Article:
More than 31 years ago, George Garlick
had a life-changing experience that nearly killed him.
It was a difficult day for Garlick
A company he
had started and devoted much of his
life to, was declaring bankruptcy.
was driving about 65 mph in his
nephew's boxy, blue Gremlin on a narrow highway, fast approaching an intersection.
saw the black exhaust of an 18-wheeler billowing into the air and the semi's driver saw him and tried to accelerate through the intersection.
It was too late.
slammed on his
hit the semi-truck broadside.
wasn't wearing a seatbelt.
head went through the windshield and Garlick
was knocked unconscious.
was unconscious, he
was at the same time totally awake and engaged, he
had a silent conversation with God at that moment.
said if he
was allowed to live, his
life "would no longer belong" to him.
It was a new beginning for the scientist who has become known as a savvy businessman, entrepreneur and gracious philanthropist.
Garlick has a doctorate in electrical engineering and solid state physics and has received wide recognition for his work pioneering acoustical holography for medical imaging and other applications.
Last year, he
added one more title to his
Garlick's book, The Journey To Truth: How Scientific Discovery Provides Insights into Spiritual Truths, was published in 2009 and all proceeds from the books are given to charity.
"The book was more than a subtle calling," said Garlick
, who spent nearly 10 years on the project and more than three years actually writing the book.
, who grew up on a farm in Nebraska, is a devote Christian who often has taught about the association of science and theology.
The book, part memoir and part scientific primer, chronicles Garlick's personal passion to reconcile what he
believes as biblical truths with his
own scientific knowledge and credits his
success with strong faith.
From childhood, Garlick's interest in the world around him put him at odds with his
family's strong faith beliefs.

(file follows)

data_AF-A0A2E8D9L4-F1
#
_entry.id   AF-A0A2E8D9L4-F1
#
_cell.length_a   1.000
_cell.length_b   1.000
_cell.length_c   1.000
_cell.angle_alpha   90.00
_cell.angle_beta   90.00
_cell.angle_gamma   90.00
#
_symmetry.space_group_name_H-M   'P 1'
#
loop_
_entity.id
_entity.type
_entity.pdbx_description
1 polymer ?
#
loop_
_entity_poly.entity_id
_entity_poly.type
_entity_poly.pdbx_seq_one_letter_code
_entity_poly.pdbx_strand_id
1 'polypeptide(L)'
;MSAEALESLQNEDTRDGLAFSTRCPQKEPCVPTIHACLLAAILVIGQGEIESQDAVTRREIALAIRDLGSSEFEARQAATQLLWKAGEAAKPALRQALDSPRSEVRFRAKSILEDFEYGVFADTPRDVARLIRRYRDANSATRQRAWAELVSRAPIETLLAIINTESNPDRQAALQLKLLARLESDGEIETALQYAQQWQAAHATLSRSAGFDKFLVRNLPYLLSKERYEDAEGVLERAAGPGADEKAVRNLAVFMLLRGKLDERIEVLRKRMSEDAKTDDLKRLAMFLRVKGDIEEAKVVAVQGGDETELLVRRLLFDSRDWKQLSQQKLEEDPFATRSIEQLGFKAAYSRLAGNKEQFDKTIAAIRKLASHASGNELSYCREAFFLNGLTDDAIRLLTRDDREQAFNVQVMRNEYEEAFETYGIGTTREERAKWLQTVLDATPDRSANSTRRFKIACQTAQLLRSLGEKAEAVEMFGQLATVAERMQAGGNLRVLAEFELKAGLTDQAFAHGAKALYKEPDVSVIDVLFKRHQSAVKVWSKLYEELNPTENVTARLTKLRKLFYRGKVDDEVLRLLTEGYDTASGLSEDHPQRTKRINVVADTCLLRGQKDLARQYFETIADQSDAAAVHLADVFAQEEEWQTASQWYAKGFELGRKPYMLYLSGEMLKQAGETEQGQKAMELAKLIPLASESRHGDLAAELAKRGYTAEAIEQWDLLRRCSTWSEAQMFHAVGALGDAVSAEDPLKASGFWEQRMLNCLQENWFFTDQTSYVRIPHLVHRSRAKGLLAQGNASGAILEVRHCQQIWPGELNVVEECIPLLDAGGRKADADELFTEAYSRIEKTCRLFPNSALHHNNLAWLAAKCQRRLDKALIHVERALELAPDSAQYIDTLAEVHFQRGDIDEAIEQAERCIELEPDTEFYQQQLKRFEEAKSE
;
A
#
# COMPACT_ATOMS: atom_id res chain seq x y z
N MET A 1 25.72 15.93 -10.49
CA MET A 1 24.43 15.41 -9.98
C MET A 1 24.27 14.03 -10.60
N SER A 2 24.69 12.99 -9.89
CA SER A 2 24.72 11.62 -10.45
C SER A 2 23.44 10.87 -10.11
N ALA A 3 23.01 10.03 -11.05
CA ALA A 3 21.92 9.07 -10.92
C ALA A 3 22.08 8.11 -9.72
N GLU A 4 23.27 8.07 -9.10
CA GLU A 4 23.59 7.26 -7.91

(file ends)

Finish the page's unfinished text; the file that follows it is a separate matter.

In the book, Garlick
refers to the "mountain of truth," a metaphor for what he
believes to be the relationship between science and faith.
The mountain's terrain relates to the scientific and biblical ascent to the truth that Garlick
believes exists at the summit and is central to the book.
"To achieve a richer life, we need to keep pursuing, keep climbing the mountain of truth because all those that seek shall find," he
Giving is part of that, he
"When we do focus on others and giving to others, the reward is very real," he
, whose community reputation looms large, is quite different in person.
tall and stately, but speaks in a soft voice filled with quiet sincerity.
"I was quite shy and reserved growing up," he
"But that didn't mean I wasn't determined."
father, who never graduated eighth grade, taught him about pride and hard work and the value of an education.
went blind from cataracts, but continued to work - taking a job as a janitor in town and earning $1 a day.
got that education and then came opportunities.
was flown first class to job interviews in California, where he
was picked up in a limo and offered a great job.
was flown to the Tri-Cities
, sitting in economy and landing in the desert in the middle of a sandstorm.
was offered a job teaching electrical engineering for General Electric
"The salary was 60 percent of what I was offered in L.A.," he
But it was a place where he
could make a difference, and that was important to him.
And Garlick has made a substantial difference in the community, developing and directing the Joint Center for Graduate Study in the 1960s, which is now Washington State University's Tri-Cities.
started more than a dozen companies, including Advanced Imaging Technologies, which uses the acoustical holography technology he
developed for early detection of breast cancer.
constantly given back to local nonprofits, including The Chaplaincy
at Hospice, Washington State University
, The Reach and Grace Clinic.
philanthropy hasn't been exclusive to the Tri-Cities
has never forgotten his
roots and his
hometown of Curtis, Neb., where his
financial contributions helped build an Education Center at the University of Nebraska College of Technical Agriculture
Last year, Garlick
promised to build a new residence hall for NCTA students, which prompted the Nebraska Legislature to fund a new $9.7 million education center.
The project has helped revitalize a dying town, bringing life back to the town, which is very fulfilling, Garlick